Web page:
His most recent success involves an optical system with an amplifier that does not produce noise. It will probably be possible to use the amplifier in
sensor technology, spectroscopy, biomedical applications and quantum
"The undesired noise that results when amplifying light is always a major dilemma," he says. ”The low level of noise means light reaches four times further in an optical fiber.”
Peter Andrekson, professor of photonics, is a cosmopolite. During his research career, he has taken every opportunity to work and perform research abroad. He spent several years in the U.S. as a postdoc and four more years there at the beginning of the 2000s. He worked at Bell Labs between 1989 and 1992 where he was involved in producing the erbium doped fiber amplifier that revolutionised the telecom industry.
When we meet him at his office at the Department of Microtechnology and Nanoscience in the MC2 building, he explains that the Internet would not function as it does today without the erbium doped fiber amplifier. It is considered to be the second major step in optical communication. The first came as early as 1970 when production began of lasers that function at room temperature and fiber with low levels of loss.
The sedentary way of thinking he has encountered in the world of research is something to which he has given a lot of thought. He believes the attitude is too prevalent and works to thwart it whenever he can. He always advises his doctoral students to move from time to time.
"In general, I think we could be better at encouraging mobility at Chalmers. A certain amount gives input and new ideas."
"I personally feel like a world citizen, which has impacted my choices. I think this is partially the result of my Estonian roots."
Peter's father came to Sweden during World War II at age 13. He arrived on a boat of refugees from Pärnu, Estonia with his sister who was ten years older. Their father died before the war, and his mother was deported to Siberia when she was 40 years old. Her only crime was being born into a wealthy family. It was only after ten years had passed that her children found out where she had been transferred. She was released from the labour camp 29 years later when she was almost 70 years old.
"She came to her children in Sweden in the 1970s, and lived the rest of her life here. She died when she was 97. It was as if she wanted to relish her freedom as long as possible."
Thoughts about the sacrifices his father, aunt and grandmother made have impacted Peter.
"The Red Cross and other aid organisations took care of the siblings, but they basically had to cope on their own. My father was not given any language training. Or money. Or support. Yet he coped somehow, learned Swedish and went to school here. He eventually applied to Chalmers. He studied during the day and worked at Jonsereds Fabriker at night. He graduated in 1959 with a degree in civil engineering.”
Peter learned Estonian at the Estniska skolan in Gothenburg, which was located at Johannebergsskolan. He describes his subsequent academic choices as somewhat random since he was, as is often the case at that age, uncertain about what he wanted to do. He chose the natural science programme in upper secondary school because he wanted to keep his options open. He chose electrical engineering at Chalmers because his classmates were not too nerdy and because the technology there is more practicable all over the world than e.g. medicine and law.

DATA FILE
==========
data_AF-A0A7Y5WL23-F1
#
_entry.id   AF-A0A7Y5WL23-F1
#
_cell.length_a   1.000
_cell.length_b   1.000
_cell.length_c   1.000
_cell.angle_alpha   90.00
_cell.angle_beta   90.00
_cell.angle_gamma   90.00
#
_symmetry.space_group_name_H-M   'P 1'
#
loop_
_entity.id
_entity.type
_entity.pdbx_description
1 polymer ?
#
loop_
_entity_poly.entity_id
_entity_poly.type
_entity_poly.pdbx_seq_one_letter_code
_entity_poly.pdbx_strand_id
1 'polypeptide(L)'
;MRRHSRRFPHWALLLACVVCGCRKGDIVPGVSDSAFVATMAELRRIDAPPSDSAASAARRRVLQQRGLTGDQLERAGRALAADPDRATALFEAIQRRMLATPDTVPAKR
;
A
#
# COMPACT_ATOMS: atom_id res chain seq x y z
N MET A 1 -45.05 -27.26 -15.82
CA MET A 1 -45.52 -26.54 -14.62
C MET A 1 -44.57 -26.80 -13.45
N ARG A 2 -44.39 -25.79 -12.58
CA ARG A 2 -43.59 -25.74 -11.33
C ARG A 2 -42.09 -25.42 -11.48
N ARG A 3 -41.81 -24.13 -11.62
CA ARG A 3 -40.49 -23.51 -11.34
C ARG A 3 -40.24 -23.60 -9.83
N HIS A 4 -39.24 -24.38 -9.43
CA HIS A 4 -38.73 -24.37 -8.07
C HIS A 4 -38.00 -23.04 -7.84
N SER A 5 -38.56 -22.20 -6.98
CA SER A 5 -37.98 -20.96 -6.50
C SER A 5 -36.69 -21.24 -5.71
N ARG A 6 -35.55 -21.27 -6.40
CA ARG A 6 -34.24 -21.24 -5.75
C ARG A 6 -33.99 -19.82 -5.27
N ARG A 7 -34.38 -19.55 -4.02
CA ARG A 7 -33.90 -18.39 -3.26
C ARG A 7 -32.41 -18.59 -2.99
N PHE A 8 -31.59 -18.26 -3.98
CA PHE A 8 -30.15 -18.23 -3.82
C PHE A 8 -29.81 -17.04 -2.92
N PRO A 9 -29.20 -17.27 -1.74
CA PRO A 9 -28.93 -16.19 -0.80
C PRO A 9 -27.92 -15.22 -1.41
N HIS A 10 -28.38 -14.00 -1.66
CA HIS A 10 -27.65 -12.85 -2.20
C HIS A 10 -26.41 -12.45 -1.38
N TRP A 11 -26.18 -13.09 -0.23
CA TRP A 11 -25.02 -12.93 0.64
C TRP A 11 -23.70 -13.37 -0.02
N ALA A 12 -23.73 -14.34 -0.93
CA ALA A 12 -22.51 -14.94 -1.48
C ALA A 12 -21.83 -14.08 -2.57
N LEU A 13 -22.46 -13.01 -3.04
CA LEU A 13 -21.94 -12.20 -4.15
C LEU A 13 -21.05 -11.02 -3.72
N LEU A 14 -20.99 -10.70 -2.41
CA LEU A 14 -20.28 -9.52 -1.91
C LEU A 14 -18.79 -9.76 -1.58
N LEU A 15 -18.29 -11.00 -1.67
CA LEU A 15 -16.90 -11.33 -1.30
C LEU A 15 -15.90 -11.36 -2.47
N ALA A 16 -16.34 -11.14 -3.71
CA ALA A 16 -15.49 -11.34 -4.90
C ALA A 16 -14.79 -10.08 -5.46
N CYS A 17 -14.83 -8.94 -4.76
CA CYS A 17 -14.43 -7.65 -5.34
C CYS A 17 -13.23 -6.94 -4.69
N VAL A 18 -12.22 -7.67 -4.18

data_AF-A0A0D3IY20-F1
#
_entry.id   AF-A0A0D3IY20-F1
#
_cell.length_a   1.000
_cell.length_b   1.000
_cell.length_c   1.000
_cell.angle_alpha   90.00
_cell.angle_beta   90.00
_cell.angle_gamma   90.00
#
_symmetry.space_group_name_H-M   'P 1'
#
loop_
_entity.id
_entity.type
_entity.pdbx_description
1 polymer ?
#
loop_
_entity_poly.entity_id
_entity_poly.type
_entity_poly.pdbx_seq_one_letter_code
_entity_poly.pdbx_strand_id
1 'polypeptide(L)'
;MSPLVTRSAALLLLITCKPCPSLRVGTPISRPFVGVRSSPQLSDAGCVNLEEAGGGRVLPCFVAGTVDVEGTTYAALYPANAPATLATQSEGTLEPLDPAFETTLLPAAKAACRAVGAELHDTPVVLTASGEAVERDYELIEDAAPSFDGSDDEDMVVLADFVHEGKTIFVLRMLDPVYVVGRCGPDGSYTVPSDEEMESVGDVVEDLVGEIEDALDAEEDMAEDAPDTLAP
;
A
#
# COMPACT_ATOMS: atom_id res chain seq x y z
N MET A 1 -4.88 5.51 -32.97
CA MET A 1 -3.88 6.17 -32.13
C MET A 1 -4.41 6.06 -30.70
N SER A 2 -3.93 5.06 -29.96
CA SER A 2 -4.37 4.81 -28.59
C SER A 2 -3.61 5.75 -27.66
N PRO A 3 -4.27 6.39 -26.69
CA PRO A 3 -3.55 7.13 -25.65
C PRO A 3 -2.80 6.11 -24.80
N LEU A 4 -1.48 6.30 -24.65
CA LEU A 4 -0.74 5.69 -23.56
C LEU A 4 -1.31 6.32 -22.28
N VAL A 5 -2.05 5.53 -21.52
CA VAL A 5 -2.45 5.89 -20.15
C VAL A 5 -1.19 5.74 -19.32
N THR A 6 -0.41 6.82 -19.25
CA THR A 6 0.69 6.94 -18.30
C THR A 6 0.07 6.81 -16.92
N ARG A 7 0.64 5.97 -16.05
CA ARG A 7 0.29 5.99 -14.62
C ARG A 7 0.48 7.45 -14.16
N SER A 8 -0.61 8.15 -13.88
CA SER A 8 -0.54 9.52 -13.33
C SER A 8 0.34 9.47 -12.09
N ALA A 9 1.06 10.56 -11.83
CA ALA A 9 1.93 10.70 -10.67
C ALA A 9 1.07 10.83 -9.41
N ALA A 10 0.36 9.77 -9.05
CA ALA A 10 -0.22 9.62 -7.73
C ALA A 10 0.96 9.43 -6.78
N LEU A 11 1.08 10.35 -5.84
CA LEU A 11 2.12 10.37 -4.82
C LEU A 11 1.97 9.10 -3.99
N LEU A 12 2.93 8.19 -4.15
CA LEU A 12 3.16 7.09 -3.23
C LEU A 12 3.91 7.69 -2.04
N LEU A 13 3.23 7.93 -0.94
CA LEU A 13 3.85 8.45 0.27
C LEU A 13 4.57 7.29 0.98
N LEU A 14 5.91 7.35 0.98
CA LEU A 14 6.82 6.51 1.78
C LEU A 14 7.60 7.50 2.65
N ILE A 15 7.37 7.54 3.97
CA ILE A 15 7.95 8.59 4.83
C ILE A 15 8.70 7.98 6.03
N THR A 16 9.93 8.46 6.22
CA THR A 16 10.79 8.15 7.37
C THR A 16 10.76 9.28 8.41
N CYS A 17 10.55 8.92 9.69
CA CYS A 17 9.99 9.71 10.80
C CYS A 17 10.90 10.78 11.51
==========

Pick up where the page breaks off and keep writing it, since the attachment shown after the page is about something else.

It is actually thanks to former Professor Sverre Eng that Peter Andrekson became a researcher. Part of Peter's degree project involved designing the laser that is still found on the windowsill in his office. When Peter was in the final phases of his project in 1984, he ran into the professor in the car park outside Chalmers.
"He was a Nordic pioneer in optical communication, and he convinced me that it was an industry of the future with great international opportunities. This way of thinking was not a matter of course back then."
Since 1992 when he got back from his years at Bell Labs, Peter has continued developing technologies that can pack the channels in fiber optics more closely together.
His most recent success involves an optical system with an amplifier that does not produce noise.
"The undesired noise that results when amplifying light is always a major dilemma," he says. The low level of noise means light reaches four times further in an optical fiber."
It will probably be possible to use the amplifier in sensor technology, spectroscopy, biomedical applications and quantum optics.
Not least because of the successful experiment and the fact that he has competitors all over the world breathing down his neck, Peter is very pleased about having received major funding totalling SEK 40 million last autumn from the European Research Council, ERC, and from the Wallenberg Foundation. The funding offers freedom and independence for several years to come.
"We are world leaders in the field, and it is now time to take the next step – to application."
He turned 50 a couple of years ago, and with that came the realisation that he must start taking advantage of the time he has, which means not only working, but also prioritising time for himself as well. He has started removing tasks that are not absolutely necessary in order to free up personal time.
"I have also learned to delegate more," he says.
His Estonian roots have grown in importance as he has got older.
For example, Peter is a member of a scholarship committee that selects students from the technical university in Tallinn to study free of charge at Chalmers for two years. Thus far, 75 students have been selected, and there will in all likelihood be more to come. His ties with his native country are also reinforced by his personal life since his fiancée lives in Tallinn.
Text: Marianne Lesslie
Published in 30 May 2012